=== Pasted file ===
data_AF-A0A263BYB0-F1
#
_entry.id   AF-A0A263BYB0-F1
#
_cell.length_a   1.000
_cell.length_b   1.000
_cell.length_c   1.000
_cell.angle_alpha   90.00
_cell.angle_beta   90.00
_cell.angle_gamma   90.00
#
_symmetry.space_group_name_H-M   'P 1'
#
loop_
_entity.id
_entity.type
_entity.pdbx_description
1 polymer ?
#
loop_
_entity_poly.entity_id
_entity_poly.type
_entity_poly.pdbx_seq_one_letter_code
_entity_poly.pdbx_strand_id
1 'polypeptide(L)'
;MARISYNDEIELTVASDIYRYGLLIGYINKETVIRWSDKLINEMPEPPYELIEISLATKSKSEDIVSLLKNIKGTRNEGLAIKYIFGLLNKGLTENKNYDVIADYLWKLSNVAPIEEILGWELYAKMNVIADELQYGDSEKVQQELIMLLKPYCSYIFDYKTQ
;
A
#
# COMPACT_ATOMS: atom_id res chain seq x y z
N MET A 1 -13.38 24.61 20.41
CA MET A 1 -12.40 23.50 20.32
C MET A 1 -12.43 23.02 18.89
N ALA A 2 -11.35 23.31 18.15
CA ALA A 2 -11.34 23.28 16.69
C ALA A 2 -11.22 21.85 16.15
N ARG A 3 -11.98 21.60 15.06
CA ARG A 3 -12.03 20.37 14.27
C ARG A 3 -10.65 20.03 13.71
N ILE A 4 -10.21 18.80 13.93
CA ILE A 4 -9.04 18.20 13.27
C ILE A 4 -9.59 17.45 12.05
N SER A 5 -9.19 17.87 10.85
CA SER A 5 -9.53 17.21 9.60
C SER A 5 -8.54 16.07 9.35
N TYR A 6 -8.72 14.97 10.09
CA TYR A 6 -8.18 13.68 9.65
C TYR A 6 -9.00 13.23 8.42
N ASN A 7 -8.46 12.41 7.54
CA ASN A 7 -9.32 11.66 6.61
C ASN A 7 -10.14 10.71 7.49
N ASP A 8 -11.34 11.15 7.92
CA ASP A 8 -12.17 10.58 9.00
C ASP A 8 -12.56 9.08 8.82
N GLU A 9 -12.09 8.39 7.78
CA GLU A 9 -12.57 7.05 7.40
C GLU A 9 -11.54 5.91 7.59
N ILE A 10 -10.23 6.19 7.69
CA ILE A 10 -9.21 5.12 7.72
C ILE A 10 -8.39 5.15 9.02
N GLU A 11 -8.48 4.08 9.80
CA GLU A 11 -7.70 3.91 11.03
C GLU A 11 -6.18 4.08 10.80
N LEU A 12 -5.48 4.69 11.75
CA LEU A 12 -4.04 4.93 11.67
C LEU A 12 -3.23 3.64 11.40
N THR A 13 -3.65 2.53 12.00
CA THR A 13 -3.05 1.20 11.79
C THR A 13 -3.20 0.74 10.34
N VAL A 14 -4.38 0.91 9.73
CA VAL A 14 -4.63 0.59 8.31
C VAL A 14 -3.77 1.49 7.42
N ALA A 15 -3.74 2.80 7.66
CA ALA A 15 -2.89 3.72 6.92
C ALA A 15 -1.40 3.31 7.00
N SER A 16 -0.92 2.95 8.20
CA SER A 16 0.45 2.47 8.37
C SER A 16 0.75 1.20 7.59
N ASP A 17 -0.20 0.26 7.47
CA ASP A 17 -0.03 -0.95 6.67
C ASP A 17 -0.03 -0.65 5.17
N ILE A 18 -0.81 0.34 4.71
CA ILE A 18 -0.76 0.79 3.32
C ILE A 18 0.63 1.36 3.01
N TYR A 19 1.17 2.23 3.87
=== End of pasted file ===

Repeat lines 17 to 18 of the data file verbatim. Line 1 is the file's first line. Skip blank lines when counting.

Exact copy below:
_entity.pdbx_description
1 polymer ?